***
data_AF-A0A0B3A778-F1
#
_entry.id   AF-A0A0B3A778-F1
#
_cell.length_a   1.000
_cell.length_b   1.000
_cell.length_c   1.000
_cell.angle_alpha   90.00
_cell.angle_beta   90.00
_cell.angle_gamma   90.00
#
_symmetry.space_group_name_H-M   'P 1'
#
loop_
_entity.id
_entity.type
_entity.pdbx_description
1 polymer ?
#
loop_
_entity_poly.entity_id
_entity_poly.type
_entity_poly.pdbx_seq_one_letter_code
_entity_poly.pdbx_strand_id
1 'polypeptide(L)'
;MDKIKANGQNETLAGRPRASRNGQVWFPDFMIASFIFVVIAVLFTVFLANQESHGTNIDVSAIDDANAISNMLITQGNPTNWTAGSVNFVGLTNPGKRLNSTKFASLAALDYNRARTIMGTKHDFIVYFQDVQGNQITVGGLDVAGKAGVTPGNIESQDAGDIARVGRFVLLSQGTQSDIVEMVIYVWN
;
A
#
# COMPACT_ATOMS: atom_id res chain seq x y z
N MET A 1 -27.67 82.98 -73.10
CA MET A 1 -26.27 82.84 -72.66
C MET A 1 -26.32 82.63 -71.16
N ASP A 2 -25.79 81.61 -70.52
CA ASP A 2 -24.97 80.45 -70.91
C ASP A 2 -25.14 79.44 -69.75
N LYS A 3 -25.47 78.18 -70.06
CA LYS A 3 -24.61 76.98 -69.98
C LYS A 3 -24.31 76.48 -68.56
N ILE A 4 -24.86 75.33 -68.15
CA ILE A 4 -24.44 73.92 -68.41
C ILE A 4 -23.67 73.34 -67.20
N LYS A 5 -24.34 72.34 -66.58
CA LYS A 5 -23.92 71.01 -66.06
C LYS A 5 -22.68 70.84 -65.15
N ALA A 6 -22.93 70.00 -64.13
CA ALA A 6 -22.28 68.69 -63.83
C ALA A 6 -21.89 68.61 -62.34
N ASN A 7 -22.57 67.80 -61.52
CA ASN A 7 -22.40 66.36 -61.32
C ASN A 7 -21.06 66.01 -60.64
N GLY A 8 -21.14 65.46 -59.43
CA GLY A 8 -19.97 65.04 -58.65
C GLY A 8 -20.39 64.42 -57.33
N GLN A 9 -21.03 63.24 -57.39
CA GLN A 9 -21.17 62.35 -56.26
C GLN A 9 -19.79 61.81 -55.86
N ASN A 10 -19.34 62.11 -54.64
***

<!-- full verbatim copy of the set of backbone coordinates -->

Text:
data_AF-A0A0B3A778-F1
#
_entry.id   AF-A0A0B3A778-F1
#
_cell.length_a   1.000
_cell.length_b   1.000
_cell.length_c   1.000
_cell.angle_alpha   90.00
_cell.angle_beta   90.00
_cell.angle_gamma   90.00
#
_symmetry.space_group_name_H-M   'P 1'
#
loop_
_entity.id
_entity.type
_entity.pdbx_description
1 polymer ?
#
loop_
_entity_poly.entity_id
_entity_poly.type
_entity_poly.pdbx_seq_one_letter_code
_entity_poly.pdbx_strand_id
1 'polypeptide(L)'
;MDKIKANGQNETLAGRPRASRNGQVWFPDFMIASFIFVVIAVLFTVFLANQESHGTNIDVSAIDDANAISNMLITQGNPTNWTAGSVNFVGLTNPGKRLNSTKFASLAALDYNRARTIMGTKHDFIVYFQDVQGNQITVGGLDVAGKAGVTPGNIESQDAGDIARVGRFVLLSQGTQSDIVEMVIYVWN
;
A
#
# COMPACT_ATOMS: atom_id res chain seq x y z
N MET A 1 -27.67 82.98 -73.10
CA MET A 1 -26.27 82.84 -72.66
C MET A 1 -26.32 82.63 -71.16
N ASP A 2 -25.79 81.61 -70.52
CA ASP A 2 -24.97 80.45 -70.91
C ASP A 2 -25.14 79.44 -69.75
N LYS A 3 -25.47 78.18 -70.06
CA LYS A 3 -24.61 76.98 -69.98
C LYS A 3 -24.31 76.48 -68.56
N ILE A 4 -24.86 75.33 -68.15
CA ILE A 4 -24.44 73.92 -68.41
C ILE A 4 -23.67 73.34 -67.20
N LYS A 5 -24.34 72.34 -66.58
CA LYS A 5 -23.92 71.01 -66.06
C LYS A 5 -22.68 70.84 -65.15
N ALA A 6 -22.93 70.00 -64.13
CA ALA A 6 -22.28 68.69 -63.83
C ALA A 6 -21.89 68.61 -62.34
N ASN A 7 -22.57 67.80 -61.52
CA ASN A 7 -22.40 66.36 -61.32
C ASN A 7 -21.06 66.01 -60.64
N GLY A 8 -21.14 65.46 -59.43
CA GLY A 8 -19.97 65.04 -58.65
C GLY A 8 -20.39 64.42 -57.33
N GLN A 9 -21.03 63.24 -57.39
CA GLN A 9 -21.17 62.35 -56.26
C GLN A 9 -19.79 61.81 -55.86
N ASN A 10 -19.34 62.11 -54.64